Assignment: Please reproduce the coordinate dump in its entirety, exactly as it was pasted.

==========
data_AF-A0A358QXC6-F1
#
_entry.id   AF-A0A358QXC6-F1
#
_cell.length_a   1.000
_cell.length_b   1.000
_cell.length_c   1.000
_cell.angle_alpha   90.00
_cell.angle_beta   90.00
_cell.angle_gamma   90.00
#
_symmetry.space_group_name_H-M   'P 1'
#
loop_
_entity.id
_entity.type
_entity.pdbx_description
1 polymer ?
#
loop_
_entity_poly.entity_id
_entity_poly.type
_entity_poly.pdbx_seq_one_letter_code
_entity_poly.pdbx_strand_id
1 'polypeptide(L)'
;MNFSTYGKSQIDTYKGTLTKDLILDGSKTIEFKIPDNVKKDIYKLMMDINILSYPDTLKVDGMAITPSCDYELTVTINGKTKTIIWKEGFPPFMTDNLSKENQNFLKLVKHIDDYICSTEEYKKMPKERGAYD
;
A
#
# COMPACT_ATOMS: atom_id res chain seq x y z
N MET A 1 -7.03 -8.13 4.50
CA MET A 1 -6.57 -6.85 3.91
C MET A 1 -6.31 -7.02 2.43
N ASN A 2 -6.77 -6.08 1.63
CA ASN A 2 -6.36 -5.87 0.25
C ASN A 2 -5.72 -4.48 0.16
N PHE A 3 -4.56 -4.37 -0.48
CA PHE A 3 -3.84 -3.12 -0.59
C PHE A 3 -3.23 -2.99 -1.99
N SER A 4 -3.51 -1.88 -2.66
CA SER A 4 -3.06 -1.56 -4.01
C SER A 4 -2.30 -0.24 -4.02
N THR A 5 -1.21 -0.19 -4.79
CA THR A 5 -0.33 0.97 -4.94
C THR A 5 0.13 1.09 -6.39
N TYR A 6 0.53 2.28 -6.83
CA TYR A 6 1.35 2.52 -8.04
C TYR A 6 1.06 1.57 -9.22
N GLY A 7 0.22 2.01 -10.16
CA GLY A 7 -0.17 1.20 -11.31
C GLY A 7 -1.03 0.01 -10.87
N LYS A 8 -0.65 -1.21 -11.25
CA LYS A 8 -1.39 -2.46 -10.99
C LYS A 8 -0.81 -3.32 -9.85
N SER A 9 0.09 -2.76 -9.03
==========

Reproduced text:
data_AF-A0A358QXC6-F1
#
_entry.id   AF-A0A358QXC6-F1
#
_cell.length_a   1.000
_cell.length_b   1.000
_cell.length_c   1.000
_cell.angle_alpha   90.00
_cell.angle_beta   90.00
_cell.angle_gamma   90.00
#
_symmetry.space_group_name_H-M   'P 1'
#
loop_
_entity.id
_entity.type
_entity.pdbx_description
1 polymer ?
#
loop_
_entity_poly.entity_id
_entity_poly.type
_entity_poly.pdbx_seq_one_letter_code
_entity_poly.pdbx_strand_id
1 'polypeptide(L)'
;MNFSTYGKSQIDTYKGTLTKDLILDGSKTIEFKIPDNVKKDIYKLMMDINILSYPDTLKVDGMAITPSCDYELTVTINGKTKTIIWKEGFPPFMTDNLSKENQNFLKLVKHIDDYICSTEEYKKMPKERGAYD
;
A
#
# COMPACT_ATOMS: atom_id res chain seq x y z
N MET A 1 -7.03 -8.13 4.50
CA MET A 1 -6.57 -6.85 3.91
C MET A 1 -6.31 -7.02 2.43
N ASN A 2 -6.77 -6.08 1.63
CA ASN A 2 -6.36 -5.87 0.25
C ASN A 2 -5.72 -4.48 0.16
N PHE A 3 -4.56 -4.37 -0.48
CA PHE A 3 -3.84 -3.12 -0.59
C PHE A 3 -3.23 -2.99 -1.99
N SER A 4 -3.51 -1.88 -2.66
CA SER A 4 -3.06 -1.56 -4.01
C SER A 4 -2.30 -0.24 -4.02
N THR A 5 -1.21 -0.19 -4.79
CA THR A 5 -0.33 0.97 -4.94
C THR A 5 0.13 1.09 -6.39
N TYR A 6 0.53 2.28 -6.83
CA TYR A 6 1.35 2.52 -8.04
C TYR A 6 1.06 1.57 -9.22
N GLY A 7 0.22 2.01 -10.16
CA GLY A 7 -0.17 1.20 -11.31
C GLY A 7 -1.03 0.01 -10.87
N LYS A 8 -0.65 -1.21 -11.25
CA LYS A 8 -1.39 -2.46 -10.99
C LYS A 8 -0.81 -3.32 -9.85
N SER A 9 0.09 -2.76 -9.03